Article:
Established May 2010.

Gordie: Do you think I'm weird?
Chris: Definitely.
Gordie: No man, seriously. Am I weird?
Chris: Yeah, but so what? Everybody's weird.

Film Critic for Twin Cities Live

Member of THE LAMB: The Large Association of Movie Blogs LAMB #1588

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Friday, July 25, 2014

Movie Review: BOYHOOD

Writer/Director: Richard Linklater
Starring: Ellar Coltrane, Ethan Hawke, Patricia Arquette, Lorelei Linklater, Marco Perella, Libby Villari

For the last twelve years director Richard Linklater, along with actors Ethan Hawke and Patricia Arquette, have been filming scenes for this incredible movie. They play a divorced couple and the story is centered on their son Mason Jr, played by newcomer Ellar Coltrane. The story captures the evolution of this young boy from the age of six through eighteen. At the beginning of the movie, we witness how Mason and his sister Samantha (Lorelai Linklater) deal with spending their coveted weekends with their dad. You could think of Mason Sr. as that parent that still needs to grow up and take responsibility. He wants to show them what tough love is, but there is that relaxed spontaneous side of him. Their mother, Olivia, goes back to school in order to provide for both of them. She later remarries and now they have a blended family with two new siblings. The years pass and Mason hits the awkward stages of adolescence. He experiments with pot and alcohol like any teen with his background probably would do. He finally grows into his own identity while in high school and finds a passion for photography.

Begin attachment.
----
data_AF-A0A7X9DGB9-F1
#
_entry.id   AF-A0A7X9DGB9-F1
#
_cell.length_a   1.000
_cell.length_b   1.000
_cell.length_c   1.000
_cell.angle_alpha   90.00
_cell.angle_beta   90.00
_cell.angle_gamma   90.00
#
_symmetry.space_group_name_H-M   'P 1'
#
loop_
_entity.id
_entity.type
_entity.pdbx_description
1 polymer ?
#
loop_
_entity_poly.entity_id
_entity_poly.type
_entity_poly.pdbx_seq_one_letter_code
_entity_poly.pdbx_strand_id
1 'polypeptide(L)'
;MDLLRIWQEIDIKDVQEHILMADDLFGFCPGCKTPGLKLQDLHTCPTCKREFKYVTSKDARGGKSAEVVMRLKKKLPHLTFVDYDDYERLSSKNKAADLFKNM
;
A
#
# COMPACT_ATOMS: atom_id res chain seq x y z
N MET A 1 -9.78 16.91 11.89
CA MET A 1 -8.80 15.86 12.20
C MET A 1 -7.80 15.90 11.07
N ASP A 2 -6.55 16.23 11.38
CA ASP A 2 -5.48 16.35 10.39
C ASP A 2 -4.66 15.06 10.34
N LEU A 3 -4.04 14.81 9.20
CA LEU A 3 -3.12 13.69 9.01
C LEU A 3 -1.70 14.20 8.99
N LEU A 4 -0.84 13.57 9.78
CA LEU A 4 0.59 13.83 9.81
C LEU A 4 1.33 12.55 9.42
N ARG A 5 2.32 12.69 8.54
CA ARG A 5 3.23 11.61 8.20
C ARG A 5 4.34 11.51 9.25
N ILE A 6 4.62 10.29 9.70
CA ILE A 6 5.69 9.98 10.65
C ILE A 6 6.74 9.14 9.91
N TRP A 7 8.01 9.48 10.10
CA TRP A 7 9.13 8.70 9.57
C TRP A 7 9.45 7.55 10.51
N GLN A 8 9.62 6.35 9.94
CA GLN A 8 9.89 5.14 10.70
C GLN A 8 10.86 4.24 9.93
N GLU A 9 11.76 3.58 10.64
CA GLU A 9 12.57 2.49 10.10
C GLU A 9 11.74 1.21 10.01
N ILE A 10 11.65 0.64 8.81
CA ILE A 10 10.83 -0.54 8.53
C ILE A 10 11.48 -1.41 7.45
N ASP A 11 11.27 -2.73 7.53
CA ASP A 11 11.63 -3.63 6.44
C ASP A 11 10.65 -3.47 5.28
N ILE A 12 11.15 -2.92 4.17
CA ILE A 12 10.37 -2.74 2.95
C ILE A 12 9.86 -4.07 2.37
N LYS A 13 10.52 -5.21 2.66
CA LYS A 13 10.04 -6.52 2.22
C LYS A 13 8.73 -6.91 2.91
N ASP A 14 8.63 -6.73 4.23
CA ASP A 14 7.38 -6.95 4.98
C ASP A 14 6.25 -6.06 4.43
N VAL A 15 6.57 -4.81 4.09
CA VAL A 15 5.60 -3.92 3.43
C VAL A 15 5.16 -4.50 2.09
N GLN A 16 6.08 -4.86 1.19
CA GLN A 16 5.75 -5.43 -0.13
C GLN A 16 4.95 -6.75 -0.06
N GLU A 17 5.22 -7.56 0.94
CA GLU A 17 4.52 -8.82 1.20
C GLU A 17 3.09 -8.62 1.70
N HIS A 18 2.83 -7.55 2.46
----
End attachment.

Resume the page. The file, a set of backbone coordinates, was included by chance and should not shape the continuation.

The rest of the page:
There is all sorts of buzz behind the movie regarding the fact it has literally been in the making for the last twelve years. Richard Linklater (the Before Sunrise trilogy) wanted to tell the story of a child growing up and set out to do something we have never seen a movie do before. Linklater, Arquette, and Hawke all continued to work on other projects, but every year they came back to shoot portions of this movie. There are plenty of movies where we have seen characters age, but with Linklater’s approach behind filming one scene per year spanning those twelve years, the audience watches the actors grow up before our very eyes. There are no make-up tricks or stunt casting. There is a seamless and graceful transition as we move through the timeline the film progresses. There are no fade outs or a date giving the year each scene was filmed. It never seemed jarring or disruptive to think that in one scene he’s eight years old and now he’s ten or thirteen or eighteen, etc… While the story is focused on Mason, Linklater duly felt the importance of giving the other characters their arcs, problems, struggles, and triumphs.

The story draws you in, not due to some overly complicated plot or edge of your seat action, but by Linklater’s delicate storytelling. You slowly find yourself invested with an emotional connection to these characters and their journeys. It would seem implausible for a moviegoer not to connect with someone in the film. As I sat and watched Mason grow up, it brought me back to various aspects of my childhood. While my story isn’t exactly like Mason’s, I have had those similar moments. I am a product of divorced parents so I can easily remember those days of spending weekends with my dad or what it was like having my wonderful step-sister join our family. I remember those fights I had with my brother in the car that ended up with a pillow barrier between us. I hit those early teen years and went through my awkward stages of feeling left out or not part of the group of cool kids. Even if you don’t relate to Mason, someone’s story will hit you. You may empathize with Olivia’s fight to give her children the best life they can have.